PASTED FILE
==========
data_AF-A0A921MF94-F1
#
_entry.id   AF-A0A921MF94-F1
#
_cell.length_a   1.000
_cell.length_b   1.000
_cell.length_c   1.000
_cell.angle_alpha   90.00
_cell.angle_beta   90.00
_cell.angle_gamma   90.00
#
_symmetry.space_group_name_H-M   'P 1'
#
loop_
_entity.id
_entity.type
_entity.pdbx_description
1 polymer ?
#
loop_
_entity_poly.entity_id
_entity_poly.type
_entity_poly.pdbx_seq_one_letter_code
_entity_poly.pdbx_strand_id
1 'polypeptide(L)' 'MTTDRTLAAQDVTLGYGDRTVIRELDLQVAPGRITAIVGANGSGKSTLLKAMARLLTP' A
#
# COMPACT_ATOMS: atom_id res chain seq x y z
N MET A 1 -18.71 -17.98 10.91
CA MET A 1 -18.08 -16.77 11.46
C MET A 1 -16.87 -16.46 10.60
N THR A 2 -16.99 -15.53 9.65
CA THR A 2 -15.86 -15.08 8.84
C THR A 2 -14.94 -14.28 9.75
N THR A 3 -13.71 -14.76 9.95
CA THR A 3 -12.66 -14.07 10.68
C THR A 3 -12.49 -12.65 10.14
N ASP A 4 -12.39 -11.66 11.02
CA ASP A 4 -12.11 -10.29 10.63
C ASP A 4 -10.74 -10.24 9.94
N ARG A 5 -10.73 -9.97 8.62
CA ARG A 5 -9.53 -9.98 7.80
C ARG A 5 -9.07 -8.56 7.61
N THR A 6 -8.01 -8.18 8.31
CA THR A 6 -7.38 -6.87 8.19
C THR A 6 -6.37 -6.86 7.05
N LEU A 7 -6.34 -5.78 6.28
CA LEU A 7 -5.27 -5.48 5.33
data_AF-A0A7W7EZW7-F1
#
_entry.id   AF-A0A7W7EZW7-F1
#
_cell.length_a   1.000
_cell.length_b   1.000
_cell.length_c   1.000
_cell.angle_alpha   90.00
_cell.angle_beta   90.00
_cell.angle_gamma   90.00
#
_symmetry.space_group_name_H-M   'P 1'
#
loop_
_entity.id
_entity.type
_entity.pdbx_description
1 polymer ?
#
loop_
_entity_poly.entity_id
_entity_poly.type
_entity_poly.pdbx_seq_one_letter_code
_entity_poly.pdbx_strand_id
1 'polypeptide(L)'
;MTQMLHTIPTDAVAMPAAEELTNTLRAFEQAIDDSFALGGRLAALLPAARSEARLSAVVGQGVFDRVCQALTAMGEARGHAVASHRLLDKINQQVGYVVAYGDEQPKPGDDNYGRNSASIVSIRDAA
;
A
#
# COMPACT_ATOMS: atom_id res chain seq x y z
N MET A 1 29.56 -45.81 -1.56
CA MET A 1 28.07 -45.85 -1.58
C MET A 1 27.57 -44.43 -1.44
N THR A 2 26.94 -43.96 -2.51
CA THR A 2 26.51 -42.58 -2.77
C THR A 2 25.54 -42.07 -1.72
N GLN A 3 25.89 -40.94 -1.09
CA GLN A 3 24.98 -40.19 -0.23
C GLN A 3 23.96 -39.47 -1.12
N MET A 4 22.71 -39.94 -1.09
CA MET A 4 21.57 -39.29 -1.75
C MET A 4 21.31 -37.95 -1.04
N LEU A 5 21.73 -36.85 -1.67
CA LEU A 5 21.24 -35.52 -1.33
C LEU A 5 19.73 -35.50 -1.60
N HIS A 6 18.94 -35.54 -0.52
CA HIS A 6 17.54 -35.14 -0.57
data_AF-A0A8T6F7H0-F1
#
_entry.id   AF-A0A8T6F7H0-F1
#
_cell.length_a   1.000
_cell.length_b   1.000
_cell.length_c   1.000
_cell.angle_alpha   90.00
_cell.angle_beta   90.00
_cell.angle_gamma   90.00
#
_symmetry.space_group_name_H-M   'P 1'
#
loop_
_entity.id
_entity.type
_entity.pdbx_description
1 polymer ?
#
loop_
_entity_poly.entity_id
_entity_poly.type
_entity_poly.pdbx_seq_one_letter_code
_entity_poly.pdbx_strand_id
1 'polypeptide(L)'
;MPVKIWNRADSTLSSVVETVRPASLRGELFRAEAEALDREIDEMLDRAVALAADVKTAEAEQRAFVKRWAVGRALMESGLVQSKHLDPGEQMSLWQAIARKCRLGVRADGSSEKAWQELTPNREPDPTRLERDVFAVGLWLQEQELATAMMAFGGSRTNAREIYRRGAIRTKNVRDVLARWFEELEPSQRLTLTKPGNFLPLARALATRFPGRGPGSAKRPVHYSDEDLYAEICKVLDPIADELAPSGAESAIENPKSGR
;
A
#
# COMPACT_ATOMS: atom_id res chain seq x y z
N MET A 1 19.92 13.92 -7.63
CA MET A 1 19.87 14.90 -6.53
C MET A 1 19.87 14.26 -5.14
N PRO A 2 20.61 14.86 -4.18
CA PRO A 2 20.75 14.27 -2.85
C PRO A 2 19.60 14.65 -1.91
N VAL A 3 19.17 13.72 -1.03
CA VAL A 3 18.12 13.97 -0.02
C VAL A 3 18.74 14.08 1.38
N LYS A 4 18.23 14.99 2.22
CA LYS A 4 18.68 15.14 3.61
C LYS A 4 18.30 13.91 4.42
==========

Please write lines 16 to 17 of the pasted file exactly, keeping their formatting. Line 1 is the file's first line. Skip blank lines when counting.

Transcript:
_entity.type
_entity.pdbx_description